Rosenwasser: Manager capability is incredibly important, especially in a virtual context. Managers need the skills to communicate goals, build relationships, and create psychological safety in a remote world. We've always made manager training a top priority in our virtual-first approach, and we've refined our programming and talent processes to best support and invest in our managers.

Kruse: Can you provide a couple of examples?

Rosenwasser: We have High Impact Leadership Training, which focuses on scaling up results-driven and people-oriented leaders. These training sessions are structured to reinforce our values and company behaviors.

We also offer tiered leadership experiences to support different levels of managers. If you're a first-time manager, the needs and skills look a little different than if you're more seasoned. Our offerings are differentiated based on where you are on your leadership journey. We also have accelerator programs for top talent, including in-person intensive cohort-based learning, peer coaching pods, and external executive coaching.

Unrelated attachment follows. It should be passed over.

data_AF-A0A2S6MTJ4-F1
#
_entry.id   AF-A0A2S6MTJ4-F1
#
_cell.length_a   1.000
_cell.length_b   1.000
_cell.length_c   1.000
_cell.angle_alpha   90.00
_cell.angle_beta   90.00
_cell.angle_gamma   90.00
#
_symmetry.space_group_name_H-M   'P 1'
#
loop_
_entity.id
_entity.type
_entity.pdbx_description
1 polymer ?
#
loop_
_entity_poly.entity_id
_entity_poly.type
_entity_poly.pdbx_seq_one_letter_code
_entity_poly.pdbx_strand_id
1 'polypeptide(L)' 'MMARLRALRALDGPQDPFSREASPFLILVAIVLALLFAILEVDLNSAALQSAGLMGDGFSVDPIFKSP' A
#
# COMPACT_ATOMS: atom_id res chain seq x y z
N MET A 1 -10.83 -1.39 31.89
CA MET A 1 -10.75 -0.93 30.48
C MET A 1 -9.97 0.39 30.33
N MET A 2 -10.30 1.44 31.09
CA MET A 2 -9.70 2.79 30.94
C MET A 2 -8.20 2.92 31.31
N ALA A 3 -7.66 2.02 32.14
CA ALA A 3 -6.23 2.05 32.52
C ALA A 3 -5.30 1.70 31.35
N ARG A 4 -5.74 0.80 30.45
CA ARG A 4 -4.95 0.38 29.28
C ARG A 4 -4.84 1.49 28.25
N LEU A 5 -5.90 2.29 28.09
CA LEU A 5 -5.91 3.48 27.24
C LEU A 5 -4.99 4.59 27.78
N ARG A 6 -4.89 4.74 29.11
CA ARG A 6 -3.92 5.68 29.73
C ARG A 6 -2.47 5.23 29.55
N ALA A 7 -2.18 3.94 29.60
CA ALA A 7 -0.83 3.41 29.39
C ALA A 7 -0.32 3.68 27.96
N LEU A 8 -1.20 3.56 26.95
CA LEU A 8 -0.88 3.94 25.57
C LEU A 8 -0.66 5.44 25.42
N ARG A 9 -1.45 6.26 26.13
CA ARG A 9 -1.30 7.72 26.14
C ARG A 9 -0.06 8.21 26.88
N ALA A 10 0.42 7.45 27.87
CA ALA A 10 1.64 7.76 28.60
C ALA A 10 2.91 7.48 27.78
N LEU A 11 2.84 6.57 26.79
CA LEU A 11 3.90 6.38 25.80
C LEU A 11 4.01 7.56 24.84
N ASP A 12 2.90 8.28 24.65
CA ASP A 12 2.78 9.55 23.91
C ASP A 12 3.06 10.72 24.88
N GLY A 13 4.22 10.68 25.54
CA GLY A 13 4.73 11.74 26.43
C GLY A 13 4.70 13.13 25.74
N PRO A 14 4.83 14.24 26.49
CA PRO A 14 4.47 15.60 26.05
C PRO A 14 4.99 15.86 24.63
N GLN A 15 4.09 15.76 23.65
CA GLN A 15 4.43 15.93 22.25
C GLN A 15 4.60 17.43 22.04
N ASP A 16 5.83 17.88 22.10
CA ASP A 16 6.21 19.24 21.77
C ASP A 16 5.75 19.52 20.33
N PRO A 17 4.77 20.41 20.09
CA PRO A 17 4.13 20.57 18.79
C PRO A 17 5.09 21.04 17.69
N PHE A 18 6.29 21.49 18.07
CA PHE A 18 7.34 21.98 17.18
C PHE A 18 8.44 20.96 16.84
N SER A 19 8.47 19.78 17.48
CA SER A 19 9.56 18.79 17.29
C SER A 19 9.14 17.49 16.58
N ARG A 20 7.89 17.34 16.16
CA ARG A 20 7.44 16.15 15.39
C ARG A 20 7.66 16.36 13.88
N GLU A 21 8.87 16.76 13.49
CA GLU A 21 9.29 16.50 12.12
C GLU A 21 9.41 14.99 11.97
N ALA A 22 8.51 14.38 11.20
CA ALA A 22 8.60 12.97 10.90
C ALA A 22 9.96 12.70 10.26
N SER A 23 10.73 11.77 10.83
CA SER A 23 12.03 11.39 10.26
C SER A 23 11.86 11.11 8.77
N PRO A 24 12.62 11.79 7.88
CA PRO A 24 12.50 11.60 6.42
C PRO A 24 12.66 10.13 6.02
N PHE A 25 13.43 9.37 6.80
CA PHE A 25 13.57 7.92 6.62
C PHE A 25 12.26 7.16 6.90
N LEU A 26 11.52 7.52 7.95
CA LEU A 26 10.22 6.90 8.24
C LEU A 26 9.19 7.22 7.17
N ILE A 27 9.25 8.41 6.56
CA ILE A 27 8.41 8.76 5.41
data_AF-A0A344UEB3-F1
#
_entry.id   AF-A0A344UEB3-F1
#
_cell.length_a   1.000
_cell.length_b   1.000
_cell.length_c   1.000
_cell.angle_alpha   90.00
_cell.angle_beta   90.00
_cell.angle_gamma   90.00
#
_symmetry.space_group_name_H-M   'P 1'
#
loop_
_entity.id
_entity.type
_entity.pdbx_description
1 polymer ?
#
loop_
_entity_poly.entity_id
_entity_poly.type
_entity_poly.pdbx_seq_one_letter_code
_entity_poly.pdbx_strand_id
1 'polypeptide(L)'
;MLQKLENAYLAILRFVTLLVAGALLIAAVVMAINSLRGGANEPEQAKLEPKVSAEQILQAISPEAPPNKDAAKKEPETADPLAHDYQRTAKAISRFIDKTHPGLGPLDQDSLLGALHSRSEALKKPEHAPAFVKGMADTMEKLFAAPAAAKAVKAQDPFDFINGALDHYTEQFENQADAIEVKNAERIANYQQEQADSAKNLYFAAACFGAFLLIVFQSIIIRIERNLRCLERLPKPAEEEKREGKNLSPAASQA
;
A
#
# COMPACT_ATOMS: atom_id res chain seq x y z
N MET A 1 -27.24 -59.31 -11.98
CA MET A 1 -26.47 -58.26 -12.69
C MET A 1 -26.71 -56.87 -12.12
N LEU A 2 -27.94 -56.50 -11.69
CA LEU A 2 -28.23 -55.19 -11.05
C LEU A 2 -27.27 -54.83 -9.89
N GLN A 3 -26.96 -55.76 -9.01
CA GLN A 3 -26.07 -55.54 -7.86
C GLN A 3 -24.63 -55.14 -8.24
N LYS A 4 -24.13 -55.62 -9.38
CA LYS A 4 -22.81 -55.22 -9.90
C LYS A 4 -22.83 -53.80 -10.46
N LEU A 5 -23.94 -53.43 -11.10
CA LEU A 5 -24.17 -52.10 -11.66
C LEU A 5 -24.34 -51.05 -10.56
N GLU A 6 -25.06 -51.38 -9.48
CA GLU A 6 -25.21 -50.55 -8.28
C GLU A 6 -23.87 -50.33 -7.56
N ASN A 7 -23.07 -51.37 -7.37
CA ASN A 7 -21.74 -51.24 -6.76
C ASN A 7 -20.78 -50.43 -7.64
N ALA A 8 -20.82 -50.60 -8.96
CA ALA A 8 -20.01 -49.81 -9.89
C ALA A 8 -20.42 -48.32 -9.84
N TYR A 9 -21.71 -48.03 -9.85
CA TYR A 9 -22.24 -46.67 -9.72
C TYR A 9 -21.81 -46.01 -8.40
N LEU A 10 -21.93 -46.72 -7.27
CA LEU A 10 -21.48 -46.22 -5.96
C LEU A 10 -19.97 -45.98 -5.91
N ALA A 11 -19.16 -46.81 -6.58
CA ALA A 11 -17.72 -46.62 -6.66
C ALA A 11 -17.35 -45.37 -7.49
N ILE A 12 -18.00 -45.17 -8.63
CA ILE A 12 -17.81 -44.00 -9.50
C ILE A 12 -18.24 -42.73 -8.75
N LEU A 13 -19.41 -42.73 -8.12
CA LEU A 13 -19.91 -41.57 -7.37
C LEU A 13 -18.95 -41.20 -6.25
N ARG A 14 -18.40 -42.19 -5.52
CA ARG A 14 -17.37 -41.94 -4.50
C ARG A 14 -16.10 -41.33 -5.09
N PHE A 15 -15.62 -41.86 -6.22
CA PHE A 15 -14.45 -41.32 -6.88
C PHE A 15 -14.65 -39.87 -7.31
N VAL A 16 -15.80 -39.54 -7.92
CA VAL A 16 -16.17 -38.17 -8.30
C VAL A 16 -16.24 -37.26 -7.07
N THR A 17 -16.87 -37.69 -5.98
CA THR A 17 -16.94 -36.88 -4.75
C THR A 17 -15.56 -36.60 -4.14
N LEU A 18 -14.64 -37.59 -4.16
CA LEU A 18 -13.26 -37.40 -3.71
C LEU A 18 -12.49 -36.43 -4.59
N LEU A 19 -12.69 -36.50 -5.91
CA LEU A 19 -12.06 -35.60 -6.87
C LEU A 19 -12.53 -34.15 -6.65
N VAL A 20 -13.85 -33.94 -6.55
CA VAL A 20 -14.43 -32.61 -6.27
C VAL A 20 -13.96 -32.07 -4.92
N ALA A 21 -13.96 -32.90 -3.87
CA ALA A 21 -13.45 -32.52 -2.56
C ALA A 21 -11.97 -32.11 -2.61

Dropbox Has a ‘Chief People Officer in Residence’ Program to Foster Future Leaders

Kruse: Are there any particular cultural initiatives you’re most proud of?

Rosenwasser: I recently implemented the Chief People Officer in Residence program. A number of my former leadership team members have actually gone on to become chief people officers themselves. While losing top talent is hard, I'm proud that Dropbox has been a part of their journey. So I wanted to create a more formal program that harnesses the HR leadership experience here to leverage future leadership opportunities, whether internal or external.

Kruse: What does this program look like, and why did you create it?

Rosenwasser: It's a nomination-based 18-month rotational development program. We have assignments across different organizations and the People Team, like HR business partners, executive recruiting, compensation, and other aspects of HR. The program highlights include job shadowing, board mentorship, and executive education. This year's participant is being sponsored to attend the Modern Chief Human Resources Officer (CHRO) program at Cornell.